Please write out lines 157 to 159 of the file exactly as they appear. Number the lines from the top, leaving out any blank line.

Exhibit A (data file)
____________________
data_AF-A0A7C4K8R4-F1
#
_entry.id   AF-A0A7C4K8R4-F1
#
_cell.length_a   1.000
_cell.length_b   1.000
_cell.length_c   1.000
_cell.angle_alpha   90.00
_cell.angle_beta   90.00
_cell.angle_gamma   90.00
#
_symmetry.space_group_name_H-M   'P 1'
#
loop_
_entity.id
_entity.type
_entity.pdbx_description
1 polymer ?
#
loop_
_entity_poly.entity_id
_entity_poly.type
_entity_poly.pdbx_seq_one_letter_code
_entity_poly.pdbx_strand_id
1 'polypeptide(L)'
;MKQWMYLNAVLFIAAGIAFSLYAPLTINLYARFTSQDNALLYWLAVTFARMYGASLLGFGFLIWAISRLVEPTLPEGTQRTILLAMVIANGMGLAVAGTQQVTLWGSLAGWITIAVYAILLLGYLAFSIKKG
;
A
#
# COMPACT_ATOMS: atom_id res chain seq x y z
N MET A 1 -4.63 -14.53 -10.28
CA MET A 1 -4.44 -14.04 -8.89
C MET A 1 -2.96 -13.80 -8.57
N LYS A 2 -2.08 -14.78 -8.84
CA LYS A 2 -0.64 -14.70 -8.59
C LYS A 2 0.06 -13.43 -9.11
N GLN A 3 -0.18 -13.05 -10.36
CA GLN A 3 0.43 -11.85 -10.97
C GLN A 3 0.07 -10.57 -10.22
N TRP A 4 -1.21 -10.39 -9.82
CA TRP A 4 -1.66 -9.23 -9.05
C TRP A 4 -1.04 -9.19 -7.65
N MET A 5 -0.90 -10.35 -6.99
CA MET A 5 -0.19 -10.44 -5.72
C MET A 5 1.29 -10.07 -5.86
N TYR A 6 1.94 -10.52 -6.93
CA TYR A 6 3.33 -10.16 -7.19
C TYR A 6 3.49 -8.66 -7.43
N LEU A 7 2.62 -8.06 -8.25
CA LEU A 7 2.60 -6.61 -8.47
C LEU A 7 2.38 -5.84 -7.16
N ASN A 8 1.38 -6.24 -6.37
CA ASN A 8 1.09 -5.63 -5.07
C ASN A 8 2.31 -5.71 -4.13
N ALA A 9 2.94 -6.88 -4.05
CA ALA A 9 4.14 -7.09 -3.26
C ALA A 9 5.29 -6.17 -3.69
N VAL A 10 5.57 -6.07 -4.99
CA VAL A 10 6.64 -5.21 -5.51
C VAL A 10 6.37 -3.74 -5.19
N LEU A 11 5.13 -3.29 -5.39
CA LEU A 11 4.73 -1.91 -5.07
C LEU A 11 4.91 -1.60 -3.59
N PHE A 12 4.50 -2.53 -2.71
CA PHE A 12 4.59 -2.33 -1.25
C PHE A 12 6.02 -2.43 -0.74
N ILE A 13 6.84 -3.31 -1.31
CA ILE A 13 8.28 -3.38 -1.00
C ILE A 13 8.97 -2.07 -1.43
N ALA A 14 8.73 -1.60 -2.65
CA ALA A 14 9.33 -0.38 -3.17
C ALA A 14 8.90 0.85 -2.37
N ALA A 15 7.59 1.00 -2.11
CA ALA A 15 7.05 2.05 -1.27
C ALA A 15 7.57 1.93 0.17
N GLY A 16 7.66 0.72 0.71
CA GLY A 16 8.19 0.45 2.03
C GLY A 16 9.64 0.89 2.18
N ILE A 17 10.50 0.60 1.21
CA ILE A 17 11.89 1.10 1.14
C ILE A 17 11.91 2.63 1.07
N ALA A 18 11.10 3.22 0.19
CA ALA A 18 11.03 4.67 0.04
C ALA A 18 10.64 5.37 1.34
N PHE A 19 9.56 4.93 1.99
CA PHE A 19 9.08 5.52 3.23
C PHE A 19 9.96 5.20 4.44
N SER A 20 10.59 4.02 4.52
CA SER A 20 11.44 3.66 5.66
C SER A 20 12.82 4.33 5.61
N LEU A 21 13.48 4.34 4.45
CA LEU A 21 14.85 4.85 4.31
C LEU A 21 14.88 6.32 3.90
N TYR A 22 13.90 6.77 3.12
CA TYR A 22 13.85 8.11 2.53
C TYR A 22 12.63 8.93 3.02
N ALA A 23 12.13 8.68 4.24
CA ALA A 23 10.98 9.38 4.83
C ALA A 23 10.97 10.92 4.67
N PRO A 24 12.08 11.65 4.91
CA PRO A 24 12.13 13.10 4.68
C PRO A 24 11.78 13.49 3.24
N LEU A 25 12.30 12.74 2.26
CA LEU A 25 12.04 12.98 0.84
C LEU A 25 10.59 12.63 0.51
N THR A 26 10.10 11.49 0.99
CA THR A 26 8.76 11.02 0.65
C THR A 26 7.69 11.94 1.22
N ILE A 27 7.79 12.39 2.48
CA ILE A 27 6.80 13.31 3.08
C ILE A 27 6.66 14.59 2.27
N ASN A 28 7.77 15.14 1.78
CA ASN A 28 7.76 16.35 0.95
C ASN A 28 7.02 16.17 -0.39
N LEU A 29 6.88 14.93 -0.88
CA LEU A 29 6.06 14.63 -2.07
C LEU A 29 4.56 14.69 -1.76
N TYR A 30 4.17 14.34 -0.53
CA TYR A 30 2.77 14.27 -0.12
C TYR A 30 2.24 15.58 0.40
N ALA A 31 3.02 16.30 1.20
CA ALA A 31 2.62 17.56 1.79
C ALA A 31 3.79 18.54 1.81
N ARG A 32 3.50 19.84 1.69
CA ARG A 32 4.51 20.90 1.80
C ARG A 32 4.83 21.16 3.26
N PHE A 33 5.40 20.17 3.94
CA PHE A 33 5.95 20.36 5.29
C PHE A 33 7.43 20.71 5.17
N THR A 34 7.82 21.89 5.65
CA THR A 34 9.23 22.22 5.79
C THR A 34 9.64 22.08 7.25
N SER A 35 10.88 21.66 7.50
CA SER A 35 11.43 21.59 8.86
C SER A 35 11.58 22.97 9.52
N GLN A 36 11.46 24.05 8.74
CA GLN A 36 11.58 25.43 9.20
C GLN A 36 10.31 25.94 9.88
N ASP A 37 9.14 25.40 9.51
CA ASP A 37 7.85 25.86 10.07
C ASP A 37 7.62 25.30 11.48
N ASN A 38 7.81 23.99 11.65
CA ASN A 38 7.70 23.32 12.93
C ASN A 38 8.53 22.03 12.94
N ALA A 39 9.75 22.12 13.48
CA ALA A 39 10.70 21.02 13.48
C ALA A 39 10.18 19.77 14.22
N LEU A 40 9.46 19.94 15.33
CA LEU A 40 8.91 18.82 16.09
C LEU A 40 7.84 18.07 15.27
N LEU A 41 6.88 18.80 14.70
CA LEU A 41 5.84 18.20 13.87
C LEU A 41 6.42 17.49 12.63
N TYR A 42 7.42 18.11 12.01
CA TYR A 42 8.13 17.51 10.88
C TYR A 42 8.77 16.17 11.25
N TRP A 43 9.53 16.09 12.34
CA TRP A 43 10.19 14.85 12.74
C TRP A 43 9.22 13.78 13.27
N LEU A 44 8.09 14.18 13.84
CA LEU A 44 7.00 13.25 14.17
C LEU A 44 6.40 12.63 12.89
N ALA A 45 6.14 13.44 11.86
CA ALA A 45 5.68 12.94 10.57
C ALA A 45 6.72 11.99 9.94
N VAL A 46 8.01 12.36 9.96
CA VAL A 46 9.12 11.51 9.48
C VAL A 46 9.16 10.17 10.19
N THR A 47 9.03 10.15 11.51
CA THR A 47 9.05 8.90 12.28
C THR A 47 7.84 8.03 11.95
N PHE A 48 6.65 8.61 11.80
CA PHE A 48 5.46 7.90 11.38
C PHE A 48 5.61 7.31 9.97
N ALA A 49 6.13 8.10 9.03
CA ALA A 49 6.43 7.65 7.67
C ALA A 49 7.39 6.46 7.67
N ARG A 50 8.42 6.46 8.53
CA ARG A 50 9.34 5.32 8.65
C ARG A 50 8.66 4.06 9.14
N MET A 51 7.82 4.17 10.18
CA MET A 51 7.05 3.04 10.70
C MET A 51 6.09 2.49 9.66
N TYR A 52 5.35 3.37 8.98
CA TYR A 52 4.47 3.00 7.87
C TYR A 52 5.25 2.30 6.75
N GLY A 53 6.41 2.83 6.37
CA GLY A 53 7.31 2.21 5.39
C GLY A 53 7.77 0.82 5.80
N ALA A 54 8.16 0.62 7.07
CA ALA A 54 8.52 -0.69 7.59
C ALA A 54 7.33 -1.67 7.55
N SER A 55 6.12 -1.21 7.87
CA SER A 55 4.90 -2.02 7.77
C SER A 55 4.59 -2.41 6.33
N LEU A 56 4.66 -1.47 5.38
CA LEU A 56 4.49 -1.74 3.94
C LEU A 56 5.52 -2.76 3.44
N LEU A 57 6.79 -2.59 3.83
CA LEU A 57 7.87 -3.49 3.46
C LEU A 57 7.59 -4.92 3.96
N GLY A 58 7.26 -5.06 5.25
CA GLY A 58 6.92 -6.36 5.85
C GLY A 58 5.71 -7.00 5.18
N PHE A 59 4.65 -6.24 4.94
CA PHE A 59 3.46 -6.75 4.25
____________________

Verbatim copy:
N TRP A 43 9.53 16.09 12.34
CA TRP A 43 10.19 14.85 12.74
C TRP A 43 9.22 13.78 13.27